"These earnest prayers and strong cries of Christ to the Father in his agony, show the greatness of his love to sinners. For, as has been shown, these strong cries of Jesus Christ were what he offered up to God as a public person, in the capacity of high priest, and in the behalf of those whose priest he was. When he offered up his sacrifice for sinners whom he had loved from eternity, he withal offered up earnest prayers. His strong cries, his tears, and his blood, were all offered up together to God, and they were all offered up for the same end, for the glory of God in the salvation of the elect. They were all offered up for the same persons, viz. for his people. For them he shed his blood and that bloody sweat, when it fell down in clotted lumps to the ground; and for them he so earnestly cried to God at the same time. It was that the will of God might be done in the success of his sufferings, in the success of that blood, in the salvation of those for whom that blood was shed, and therefore this strong crying shows his strong love; it shows how greatly he desired the salvation of sinners. He cried to God that he might not sink and fail in that great undertaking, because if he did so, sinners could not be saved, but all must perish. He prayed that he might get the victory over death, because if he did not get the victory, his people could never obtain that victory, and they can conquer no otherwise than by his conquest. If the Captain of our salvation had not conquered in this sore conflict, none of us could have conquered, but we must have all sunk with him. He cried to God that he might be saved from death, and if he had not been saved from death in his resurrection, none of us could ever have been saved from death. It was a great sight to see Christ in that great conflict that he was in his agony, but every thing in it was from love, that strong love that was in his heart. His tears that flowed from his eyes were from love; his great sweat was from love; his blood, his prostrating himself on the ground before the Father, was from love; his earnest crying to God was from the strength and ardency of his love. It is looked upon as one principal way wherein true love and good will is shown in Christian friends one towards another, heartily to pray one for another; and it is one way wherein Christ directs us to show our love to our enemies, even praying for them. Matthew 5:44. “But I say unto you, Love your enemies, bless them that curse you, and pray for them which despitefully use you, and persecute you.” But was there ever any prayer that manifested love to enemies to such a degree, as those strong cries and tears of the Son of God for the success of his blood in the salvation of his enemies; the strife and conflict of whose soul in prayer was such as to produce his agony and his bloody sweat?" (Christ's Agony, Jonathan Edwards).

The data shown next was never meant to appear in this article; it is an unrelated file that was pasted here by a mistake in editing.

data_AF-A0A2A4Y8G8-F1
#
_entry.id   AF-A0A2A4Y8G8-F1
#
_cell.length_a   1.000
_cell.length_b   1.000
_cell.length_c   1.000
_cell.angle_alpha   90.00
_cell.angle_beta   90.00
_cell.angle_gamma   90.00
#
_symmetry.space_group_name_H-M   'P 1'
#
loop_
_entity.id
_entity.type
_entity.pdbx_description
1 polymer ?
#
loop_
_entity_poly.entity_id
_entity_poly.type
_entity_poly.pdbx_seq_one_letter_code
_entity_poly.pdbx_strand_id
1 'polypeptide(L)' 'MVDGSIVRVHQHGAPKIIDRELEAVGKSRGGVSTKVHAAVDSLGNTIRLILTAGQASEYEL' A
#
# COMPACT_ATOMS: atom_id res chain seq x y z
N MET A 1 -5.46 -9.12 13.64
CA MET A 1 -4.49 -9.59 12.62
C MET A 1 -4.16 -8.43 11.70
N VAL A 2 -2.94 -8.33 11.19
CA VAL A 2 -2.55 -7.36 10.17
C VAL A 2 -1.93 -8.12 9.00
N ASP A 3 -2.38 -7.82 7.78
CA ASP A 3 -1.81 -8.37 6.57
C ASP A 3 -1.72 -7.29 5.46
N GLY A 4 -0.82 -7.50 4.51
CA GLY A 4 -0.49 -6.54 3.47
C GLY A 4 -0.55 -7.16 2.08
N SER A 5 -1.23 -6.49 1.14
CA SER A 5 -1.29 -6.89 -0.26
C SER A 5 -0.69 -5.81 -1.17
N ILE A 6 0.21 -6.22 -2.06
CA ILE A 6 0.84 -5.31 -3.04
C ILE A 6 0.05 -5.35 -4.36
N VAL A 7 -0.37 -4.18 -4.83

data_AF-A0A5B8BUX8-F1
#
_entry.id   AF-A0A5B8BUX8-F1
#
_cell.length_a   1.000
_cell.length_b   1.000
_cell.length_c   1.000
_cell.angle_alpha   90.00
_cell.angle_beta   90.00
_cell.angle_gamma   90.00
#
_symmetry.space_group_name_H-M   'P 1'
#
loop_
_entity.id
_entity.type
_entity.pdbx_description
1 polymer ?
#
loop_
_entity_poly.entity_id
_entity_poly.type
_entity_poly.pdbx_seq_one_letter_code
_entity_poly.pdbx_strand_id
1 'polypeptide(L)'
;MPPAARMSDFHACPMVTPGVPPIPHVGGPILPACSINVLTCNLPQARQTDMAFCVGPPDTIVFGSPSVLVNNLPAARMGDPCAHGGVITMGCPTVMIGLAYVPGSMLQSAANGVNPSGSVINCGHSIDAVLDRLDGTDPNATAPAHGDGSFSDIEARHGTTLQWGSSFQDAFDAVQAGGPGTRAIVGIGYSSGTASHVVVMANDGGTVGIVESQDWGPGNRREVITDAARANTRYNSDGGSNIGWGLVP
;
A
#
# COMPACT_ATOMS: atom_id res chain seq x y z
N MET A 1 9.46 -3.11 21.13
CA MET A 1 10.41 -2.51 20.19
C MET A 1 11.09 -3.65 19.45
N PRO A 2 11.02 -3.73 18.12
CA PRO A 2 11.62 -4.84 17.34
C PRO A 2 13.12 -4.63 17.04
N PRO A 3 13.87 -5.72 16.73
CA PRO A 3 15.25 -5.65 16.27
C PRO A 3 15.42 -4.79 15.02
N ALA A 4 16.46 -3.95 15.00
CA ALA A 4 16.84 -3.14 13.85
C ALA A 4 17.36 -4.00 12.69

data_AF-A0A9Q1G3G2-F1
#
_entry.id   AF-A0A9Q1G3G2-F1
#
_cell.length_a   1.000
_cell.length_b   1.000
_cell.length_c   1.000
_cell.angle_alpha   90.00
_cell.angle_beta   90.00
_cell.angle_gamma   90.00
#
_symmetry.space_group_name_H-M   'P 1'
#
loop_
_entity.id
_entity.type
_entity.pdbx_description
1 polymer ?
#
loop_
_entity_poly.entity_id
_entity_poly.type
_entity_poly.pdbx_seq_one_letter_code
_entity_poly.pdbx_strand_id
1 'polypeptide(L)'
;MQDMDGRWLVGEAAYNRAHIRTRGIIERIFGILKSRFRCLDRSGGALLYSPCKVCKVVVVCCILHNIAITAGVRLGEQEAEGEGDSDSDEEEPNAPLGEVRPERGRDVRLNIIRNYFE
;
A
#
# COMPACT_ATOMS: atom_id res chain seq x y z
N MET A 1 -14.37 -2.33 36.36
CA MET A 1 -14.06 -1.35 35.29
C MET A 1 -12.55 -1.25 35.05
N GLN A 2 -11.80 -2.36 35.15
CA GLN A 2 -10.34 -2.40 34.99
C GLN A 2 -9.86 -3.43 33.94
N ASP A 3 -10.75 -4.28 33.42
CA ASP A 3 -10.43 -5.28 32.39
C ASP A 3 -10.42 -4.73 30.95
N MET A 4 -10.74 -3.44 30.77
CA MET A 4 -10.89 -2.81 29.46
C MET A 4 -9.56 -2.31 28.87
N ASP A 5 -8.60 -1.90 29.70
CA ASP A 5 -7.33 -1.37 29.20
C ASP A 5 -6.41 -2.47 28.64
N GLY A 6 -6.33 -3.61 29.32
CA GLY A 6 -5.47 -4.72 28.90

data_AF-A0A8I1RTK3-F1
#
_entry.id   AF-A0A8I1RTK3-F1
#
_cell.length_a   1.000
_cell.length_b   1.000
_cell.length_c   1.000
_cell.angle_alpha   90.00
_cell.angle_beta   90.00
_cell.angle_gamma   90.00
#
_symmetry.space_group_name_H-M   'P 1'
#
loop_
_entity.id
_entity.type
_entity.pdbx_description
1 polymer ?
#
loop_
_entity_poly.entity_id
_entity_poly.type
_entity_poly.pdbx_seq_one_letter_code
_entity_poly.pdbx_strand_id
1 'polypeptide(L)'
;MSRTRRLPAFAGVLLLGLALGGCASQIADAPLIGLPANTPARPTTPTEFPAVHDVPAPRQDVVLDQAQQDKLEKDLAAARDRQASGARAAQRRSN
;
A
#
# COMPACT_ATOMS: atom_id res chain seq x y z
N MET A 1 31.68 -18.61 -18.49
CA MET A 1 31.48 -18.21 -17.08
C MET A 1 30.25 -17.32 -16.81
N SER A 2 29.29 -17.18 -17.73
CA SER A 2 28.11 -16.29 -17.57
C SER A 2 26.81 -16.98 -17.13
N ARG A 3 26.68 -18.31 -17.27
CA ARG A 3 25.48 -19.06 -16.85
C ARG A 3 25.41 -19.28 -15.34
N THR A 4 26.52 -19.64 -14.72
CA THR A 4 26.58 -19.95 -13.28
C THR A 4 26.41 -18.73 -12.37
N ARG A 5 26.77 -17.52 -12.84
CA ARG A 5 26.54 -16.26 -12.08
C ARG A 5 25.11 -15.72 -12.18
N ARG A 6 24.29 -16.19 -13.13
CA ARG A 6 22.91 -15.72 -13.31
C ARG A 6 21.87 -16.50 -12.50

How is it possible for God to cry out to God, 'My God, my God, why have you forsaken me?' All enemies of the gospel, including Islam, have taken their stand upon this circumstance: